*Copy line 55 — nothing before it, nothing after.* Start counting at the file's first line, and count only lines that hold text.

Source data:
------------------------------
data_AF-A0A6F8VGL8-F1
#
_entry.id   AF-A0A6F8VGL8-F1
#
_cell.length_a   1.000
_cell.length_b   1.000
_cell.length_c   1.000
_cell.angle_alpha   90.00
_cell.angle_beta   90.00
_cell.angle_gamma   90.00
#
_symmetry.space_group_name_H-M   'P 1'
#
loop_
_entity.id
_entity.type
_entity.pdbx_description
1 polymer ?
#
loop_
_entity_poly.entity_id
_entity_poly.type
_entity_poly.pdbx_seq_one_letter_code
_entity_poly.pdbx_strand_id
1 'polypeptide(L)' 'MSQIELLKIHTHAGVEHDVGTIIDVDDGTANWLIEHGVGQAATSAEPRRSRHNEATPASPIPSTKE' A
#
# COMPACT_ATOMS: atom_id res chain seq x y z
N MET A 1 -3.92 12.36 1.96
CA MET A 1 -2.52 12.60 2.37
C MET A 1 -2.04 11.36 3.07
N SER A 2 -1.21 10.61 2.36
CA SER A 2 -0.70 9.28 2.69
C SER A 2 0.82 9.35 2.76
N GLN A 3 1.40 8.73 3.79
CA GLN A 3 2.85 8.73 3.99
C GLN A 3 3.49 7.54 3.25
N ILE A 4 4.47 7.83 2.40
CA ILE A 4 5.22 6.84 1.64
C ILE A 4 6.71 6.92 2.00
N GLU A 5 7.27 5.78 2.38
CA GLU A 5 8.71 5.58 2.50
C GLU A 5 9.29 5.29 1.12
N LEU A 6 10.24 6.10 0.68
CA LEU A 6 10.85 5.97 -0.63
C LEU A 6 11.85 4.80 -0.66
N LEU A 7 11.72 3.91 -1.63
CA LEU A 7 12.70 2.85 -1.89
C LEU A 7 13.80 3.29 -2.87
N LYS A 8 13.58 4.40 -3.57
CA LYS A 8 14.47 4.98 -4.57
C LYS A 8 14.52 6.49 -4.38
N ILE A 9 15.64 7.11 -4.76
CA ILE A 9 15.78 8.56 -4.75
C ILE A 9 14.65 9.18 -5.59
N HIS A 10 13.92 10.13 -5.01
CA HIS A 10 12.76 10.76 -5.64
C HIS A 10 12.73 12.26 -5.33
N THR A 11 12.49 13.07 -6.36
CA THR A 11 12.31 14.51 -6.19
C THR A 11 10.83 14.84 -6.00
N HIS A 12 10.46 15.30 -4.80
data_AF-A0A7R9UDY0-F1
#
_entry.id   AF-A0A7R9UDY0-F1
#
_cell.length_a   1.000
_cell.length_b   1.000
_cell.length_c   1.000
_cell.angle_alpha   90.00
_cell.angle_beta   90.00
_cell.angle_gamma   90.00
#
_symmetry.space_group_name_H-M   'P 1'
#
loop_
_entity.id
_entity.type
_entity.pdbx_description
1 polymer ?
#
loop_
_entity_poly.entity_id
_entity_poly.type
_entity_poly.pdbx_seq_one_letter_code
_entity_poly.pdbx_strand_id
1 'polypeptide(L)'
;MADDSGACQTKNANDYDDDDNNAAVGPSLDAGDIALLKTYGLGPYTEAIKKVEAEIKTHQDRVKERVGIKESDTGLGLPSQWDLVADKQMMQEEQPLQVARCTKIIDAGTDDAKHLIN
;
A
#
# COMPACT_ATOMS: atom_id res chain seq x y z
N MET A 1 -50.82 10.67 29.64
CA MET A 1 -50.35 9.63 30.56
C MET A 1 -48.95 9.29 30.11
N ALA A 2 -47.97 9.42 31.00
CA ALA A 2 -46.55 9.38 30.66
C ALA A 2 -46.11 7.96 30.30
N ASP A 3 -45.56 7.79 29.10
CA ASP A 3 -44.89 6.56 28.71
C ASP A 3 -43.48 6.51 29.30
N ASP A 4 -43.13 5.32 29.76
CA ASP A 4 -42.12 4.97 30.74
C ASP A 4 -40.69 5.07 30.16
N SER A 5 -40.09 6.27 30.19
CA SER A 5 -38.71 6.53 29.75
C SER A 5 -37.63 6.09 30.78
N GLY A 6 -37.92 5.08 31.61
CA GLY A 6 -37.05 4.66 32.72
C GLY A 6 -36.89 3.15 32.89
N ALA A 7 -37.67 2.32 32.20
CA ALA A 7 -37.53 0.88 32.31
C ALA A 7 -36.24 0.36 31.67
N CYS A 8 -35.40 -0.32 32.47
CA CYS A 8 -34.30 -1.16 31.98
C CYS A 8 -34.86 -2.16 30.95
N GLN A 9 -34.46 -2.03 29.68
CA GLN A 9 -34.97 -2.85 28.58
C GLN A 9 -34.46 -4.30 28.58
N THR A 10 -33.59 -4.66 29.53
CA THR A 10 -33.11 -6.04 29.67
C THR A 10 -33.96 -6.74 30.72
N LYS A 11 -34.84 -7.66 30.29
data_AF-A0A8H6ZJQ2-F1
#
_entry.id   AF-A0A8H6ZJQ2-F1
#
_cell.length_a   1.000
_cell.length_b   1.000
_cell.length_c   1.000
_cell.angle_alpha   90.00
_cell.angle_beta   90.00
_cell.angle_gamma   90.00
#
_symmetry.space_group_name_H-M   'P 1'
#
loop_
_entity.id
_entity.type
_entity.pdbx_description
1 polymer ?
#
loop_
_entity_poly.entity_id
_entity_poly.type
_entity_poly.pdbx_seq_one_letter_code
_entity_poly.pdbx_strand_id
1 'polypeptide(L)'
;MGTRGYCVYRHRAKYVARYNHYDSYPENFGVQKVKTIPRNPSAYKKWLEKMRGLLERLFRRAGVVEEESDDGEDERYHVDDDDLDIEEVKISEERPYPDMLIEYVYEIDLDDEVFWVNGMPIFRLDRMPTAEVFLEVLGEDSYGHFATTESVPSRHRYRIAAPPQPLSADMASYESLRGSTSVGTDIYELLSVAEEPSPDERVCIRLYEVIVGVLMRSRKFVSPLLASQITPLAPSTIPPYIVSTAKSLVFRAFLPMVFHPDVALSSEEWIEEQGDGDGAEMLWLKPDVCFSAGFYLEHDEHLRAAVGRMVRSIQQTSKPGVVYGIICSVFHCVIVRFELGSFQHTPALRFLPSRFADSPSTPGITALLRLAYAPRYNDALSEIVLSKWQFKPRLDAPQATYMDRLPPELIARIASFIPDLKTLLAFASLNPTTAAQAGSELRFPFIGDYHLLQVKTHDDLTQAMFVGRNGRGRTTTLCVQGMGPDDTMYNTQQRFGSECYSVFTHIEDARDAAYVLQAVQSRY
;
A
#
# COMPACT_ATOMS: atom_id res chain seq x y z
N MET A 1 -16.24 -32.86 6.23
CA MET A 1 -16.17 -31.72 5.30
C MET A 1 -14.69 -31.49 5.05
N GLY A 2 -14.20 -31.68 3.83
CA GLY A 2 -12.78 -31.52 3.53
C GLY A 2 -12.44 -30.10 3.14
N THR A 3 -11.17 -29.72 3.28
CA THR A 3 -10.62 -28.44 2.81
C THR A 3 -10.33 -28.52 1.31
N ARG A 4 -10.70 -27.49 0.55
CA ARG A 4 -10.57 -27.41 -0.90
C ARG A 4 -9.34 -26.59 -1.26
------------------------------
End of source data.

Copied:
N HIS A 10 13.92 10.13 -5.01